The Coming Civil War in Afghanistan

It's not inevitable, but it's more likely than ever before. Here's how to avoid the worst.

By the end of this summer, the 30,000 U.S. troops "surged" into Afghanistan by President Barack Obama's administration will have returned home. And according to Defense Secretary Leon Panetta, the remaining 68,000 American soldiers could end their combat role in Afghanistan by mid-2013, more than a year ahead of the White House's deadline for leaving the country.

America's war in Afghanistan is by no means over, but its end has already begun. That reality is clear to all Afghan factional chiefs and power brokers, who are preparing for the transition to a post-American Afghanistan. As Afghanistan's alliances and power dynamics shift, the risk of cvil, ethnic conflict breaking out in the country rises -- endangering not only Afghans, but their Pakistani neighbors as well. And ironically, talk of peace and a U.S. withdrawal is contributing to a widening gap between key Afghan factions, which, if not properly contained, could lead to a renewed civil war.

President Hamid Karzai's intentions remain one potential source of instability looming in Afghanistan's future. Karzai has said that he will retire from public office in 2014, but many Afghans believe he will remain in power through unconventional or extra-constitutional measures. The president reportedly supported U.S. plans to accelerate the withdrawal by a year, lending weight to the theory that he is looking for greater maneuverability to prolong his rule.

If Karzai steps down, his replacement -- should one not come from his own family -- is likely to adopt a more hostile approach toward the Taliban, increasing the odds that the insurgency will fester. Abdullah Abdullah, who came in second in the rigged 2009 elections and could throw his hat in the ring once again, is a major Taliban opponent. But if Karzai seeks to stick around, doing so will be no cakewalk. Karzai will face stiff resistance from both a parliament that increasingly demands an expansion of its oversight powers and a rejuvenated political opposition, the National Front for Afghanistan (NFA).

The NFA is a bloc of leaders from three major non-Pashtun communities -- the Tajiks, Uzbeks, and Hazara -- all of whom opposed the Taliban and Pakistan during the 1990s and remain hostile to both. As Karzai apparently seeks to hold on to executive power, the NFA is pushing for an overhaul of the country's political system. It advocates restructuring Afghanistan as a parliamentary democracy with proportional representation and locally-devolved power -- both of which would benefit non-Pashtuns.

Karzai, an ethnic Pashtun, seeks a political settlement with the three major insurgent factions -- all Pashtuns as well -- led by Mullah Muhammad Omar's Afghan Taliban. But the NFA, as well as a large bloc of parliamentarians from a diverse assortment of ethnic groups and political parties, are hostile to talks with the Taliban, and will at the very least demand a meaningful role in the peace process.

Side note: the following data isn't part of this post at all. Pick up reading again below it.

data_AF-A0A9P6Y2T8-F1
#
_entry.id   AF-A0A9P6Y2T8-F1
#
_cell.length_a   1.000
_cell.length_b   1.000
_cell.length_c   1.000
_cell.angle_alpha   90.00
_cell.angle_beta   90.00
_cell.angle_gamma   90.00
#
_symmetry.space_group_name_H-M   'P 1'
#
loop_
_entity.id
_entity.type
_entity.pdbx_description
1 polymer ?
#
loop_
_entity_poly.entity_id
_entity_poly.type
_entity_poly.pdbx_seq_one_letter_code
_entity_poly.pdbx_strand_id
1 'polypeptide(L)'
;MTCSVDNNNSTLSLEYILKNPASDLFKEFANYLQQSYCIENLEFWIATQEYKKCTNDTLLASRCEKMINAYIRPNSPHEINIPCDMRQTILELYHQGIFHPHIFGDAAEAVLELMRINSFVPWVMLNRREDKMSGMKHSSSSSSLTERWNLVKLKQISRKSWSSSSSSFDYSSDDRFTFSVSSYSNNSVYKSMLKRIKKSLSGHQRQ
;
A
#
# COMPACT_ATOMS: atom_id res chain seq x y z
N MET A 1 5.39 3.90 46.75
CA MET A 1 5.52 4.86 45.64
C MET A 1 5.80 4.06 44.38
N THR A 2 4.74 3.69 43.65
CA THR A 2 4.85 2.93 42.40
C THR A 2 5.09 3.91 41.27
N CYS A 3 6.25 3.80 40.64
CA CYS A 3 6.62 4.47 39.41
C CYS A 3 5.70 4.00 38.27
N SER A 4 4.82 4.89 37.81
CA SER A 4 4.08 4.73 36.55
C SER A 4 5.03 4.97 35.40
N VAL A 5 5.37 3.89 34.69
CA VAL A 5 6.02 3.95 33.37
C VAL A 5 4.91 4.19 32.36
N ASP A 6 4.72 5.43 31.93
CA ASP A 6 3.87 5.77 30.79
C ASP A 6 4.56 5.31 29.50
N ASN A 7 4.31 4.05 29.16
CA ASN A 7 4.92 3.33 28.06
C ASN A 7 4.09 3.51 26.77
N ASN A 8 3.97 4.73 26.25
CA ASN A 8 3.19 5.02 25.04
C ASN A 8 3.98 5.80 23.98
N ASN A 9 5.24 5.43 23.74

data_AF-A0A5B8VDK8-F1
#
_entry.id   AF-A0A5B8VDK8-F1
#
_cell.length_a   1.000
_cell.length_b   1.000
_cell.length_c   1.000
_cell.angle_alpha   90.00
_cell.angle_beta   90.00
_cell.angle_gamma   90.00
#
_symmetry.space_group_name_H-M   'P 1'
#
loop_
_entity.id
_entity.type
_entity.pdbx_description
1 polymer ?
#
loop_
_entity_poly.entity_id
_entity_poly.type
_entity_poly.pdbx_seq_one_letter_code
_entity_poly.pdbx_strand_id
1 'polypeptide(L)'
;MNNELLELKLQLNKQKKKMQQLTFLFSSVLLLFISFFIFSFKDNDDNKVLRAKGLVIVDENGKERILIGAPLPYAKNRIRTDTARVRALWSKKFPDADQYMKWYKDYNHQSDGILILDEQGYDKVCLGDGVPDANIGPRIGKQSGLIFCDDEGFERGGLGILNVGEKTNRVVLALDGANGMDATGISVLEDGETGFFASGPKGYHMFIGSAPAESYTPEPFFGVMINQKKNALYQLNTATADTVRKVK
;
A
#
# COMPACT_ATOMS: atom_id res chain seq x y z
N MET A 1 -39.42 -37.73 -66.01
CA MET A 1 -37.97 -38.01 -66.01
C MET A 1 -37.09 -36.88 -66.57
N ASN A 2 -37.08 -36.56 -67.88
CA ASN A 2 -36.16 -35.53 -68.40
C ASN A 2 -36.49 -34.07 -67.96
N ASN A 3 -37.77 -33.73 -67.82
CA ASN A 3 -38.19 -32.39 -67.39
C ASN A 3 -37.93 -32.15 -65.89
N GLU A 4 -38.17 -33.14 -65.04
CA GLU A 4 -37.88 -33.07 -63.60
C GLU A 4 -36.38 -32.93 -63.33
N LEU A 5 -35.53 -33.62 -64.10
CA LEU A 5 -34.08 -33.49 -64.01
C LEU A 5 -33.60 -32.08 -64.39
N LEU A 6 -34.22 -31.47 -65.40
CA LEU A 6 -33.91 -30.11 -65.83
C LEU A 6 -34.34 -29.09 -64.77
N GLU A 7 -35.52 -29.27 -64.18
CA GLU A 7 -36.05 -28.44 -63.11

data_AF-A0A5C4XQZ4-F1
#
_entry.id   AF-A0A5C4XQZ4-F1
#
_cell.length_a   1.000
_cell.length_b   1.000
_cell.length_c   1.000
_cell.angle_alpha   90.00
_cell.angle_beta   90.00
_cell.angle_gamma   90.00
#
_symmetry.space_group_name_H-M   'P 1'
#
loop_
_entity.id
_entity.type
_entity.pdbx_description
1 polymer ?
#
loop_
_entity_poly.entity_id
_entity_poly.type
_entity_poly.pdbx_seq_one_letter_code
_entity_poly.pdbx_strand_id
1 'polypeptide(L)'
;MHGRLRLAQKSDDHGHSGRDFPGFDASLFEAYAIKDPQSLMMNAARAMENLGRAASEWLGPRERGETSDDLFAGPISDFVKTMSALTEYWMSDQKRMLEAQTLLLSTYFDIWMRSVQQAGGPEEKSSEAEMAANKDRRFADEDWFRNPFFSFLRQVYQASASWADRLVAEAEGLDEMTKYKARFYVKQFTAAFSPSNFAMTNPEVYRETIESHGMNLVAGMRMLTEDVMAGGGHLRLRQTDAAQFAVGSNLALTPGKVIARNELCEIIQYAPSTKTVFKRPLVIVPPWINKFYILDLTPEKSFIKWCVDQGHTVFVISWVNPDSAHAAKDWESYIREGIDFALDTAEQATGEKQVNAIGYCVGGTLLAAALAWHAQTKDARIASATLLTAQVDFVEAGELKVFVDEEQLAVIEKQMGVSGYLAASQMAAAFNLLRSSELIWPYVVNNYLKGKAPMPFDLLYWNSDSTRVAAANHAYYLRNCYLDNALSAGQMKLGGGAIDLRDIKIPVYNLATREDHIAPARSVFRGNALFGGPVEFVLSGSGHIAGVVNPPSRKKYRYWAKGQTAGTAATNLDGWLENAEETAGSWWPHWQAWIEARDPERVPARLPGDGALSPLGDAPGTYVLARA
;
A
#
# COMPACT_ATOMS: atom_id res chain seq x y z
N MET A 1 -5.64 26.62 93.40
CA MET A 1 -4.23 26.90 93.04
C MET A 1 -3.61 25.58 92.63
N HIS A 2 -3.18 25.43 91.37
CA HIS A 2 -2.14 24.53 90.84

That remains difficult to imagine, as few Afghans aside from the insurgents remain involved in the peace talks. The most promising dialogue track has so far taken place outside of Afghanistan and involves the Afghan Taliban and the governments of Germany, Qatar, and the United States. The location of the Taliban's new office in Qatar was decided against the wishes of the Afghan government, which wanted the office to be in Ankara or Riyadh.

Karzai himself remains minimally involved in the talks and is trying to set up his own negotiations with the Taliban in Saudi Arabia. However, neither the Saudis nor the Taliban are keen on participating. The Saudis have distrusted the Taliban ever since it refused to hand over Osama bin Laden; they will engage the militant group only when it formally breaks ties with al Qaeda. The Taliban, meanwhile, want to cut out Karzai and engage directly with the United States to increase their negotiating leverage.

Karzai faces a difficult balancing act: He must first insert himself into a peace process the Taliban want him to have no part in, and then somehow manage to maintain ties with both the Pashtun Taliban and the non-Pashtun NFA. In any negotiations, the Taliban will undoubtedly push for greater implementation of Islamic law. But members of the NFA, female parliamentarians, and religious minorities such as the Hazara Shiites will resist what they will view as a possible reversion to second-class status.

Building trust between the NFA and the Taliban is key to a lasting political settlement in Afghanistan, but it will be no easy task. The Taliban believe that the NFA seeks a soft partition of the country under the guise of federalism, describing the group's leadership as "infamous warlords." And it is a giant and improbable leap for the Taliban to go from advocating the reestablishment of an authoritarian Islamic emirate to accepting the NFA's demand for a parliamentary democracy.